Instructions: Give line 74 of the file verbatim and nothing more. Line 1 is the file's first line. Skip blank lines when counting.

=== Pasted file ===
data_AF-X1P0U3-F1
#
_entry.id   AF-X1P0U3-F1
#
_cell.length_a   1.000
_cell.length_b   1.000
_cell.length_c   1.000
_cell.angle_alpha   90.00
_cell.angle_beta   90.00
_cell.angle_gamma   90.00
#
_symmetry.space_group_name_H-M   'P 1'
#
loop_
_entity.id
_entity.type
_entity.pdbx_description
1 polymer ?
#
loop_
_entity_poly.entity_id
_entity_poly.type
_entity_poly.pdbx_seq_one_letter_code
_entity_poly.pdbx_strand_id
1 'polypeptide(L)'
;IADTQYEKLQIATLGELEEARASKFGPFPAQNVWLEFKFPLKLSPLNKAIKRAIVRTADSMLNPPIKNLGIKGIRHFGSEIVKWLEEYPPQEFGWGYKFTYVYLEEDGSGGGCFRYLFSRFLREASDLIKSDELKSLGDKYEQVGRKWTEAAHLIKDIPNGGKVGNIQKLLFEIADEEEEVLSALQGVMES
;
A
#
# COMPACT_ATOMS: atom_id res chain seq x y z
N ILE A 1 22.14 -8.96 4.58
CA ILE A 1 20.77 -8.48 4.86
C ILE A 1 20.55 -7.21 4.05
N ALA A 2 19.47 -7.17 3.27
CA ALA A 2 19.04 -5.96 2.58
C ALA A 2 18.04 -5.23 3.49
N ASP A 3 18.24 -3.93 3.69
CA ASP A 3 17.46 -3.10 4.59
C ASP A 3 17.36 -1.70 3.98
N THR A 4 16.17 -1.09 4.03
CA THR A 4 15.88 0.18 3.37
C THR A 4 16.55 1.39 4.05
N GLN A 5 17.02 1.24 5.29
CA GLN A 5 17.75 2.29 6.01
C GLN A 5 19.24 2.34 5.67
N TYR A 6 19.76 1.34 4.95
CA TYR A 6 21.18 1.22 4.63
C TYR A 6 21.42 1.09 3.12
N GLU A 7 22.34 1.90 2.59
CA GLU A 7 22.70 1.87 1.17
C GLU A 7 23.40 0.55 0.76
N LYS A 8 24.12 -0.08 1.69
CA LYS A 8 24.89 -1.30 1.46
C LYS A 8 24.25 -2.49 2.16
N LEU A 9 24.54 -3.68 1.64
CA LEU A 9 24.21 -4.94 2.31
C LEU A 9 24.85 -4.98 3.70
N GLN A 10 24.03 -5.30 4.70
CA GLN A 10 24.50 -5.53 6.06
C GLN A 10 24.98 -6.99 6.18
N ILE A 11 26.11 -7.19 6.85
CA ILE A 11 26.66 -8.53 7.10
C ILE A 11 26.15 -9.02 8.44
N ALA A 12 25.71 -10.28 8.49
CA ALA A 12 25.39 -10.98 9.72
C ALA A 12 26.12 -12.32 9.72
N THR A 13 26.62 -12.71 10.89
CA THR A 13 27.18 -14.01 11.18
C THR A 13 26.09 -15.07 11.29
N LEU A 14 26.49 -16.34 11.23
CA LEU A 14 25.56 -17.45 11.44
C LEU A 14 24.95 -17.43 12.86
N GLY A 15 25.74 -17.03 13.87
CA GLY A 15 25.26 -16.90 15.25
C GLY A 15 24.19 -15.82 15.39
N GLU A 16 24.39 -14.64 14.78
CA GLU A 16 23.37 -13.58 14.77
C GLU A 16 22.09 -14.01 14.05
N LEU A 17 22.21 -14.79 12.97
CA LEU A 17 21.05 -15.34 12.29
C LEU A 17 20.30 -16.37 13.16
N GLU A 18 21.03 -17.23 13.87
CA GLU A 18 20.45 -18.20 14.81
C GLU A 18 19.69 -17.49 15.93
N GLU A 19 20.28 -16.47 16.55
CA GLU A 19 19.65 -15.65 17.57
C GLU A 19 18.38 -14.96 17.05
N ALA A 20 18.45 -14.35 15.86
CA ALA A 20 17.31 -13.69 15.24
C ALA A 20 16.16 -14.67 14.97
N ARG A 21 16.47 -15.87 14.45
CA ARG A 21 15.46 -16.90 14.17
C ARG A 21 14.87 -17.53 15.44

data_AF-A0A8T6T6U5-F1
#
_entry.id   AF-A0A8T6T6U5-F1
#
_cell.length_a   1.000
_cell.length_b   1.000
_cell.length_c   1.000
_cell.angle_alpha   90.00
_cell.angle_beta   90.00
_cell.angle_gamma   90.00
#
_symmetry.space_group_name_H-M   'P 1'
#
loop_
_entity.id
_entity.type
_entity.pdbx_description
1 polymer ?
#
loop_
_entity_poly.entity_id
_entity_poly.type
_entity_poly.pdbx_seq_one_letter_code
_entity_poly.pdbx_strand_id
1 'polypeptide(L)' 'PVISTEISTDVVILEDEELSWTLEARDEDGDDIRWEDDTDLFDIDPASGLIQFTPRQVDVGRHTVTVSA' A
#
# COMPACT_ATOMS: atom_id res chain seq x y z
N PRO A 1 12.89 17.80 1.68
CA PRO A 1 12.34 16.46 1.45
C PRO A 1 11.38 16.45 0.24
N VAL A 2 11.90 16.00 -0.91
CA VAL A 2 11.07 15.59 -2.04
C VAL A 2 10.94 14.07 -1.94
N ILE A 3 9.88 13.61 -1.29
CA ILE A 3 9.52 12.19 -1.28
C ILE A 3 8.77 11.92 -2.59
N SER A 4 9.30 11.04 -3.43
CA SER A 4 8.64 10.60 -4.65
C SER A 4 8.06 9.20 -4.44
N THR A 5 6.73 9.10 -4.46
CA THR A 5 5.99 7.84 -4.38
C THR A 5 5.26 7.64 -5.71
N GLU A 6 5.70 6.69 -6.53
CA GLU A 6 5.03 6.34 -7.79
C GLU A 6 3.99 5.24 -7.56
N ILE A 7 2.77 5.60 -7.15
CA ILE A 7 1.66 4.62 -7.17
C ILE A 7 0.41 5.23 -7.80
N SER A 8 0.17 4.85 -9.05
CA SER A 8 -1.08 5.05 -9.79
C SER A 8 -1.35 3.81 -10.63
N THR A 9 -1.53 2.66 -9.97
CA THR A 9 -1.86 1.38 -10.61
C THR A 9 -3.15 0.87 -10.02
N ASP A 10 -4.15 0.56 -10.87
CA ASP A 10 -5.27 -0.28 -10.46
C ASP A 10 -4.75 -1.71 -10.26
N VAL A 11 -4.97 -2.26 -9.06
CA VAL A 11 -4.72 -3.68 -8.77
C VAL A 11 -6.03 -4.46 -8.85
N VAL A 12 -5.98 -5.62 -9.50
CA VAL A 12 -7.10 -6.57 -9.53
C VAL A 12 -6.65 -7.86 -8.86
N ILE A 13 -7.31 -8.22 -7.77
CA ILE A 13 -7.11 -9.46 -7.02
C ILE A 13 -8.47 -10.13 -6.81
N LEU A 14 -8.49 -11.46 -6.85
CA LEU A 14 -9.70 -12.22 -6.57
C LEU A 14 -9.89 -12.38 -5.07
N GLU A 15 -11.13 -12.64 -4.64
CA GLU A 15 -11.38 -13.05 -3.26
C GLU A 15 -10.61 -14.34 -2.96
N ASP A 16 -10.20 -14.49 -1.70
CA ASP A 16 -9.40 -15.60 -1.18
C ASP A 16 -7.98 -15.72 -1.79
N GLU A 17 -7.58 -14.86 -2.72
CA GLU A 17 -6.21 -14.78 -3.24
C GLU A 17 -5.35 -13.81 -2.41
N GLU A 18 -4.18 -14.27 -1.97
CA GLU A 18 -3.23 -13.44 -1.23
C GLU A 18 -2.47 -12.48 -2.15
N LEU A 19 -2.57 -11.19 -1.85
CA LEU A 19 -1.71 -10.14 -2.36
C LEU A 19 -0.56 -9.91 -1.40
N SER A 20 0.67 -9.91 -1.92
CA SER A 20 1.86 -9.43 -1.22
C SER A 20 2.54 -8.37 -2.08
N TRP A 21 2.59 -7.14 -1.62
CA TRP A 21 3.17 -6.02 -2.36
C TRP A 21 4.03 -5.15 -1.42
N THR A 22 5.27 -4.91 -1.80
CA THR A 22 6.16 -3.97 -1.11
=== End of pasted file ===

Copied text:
CA GLY A 15 25.26 -16.90 15.25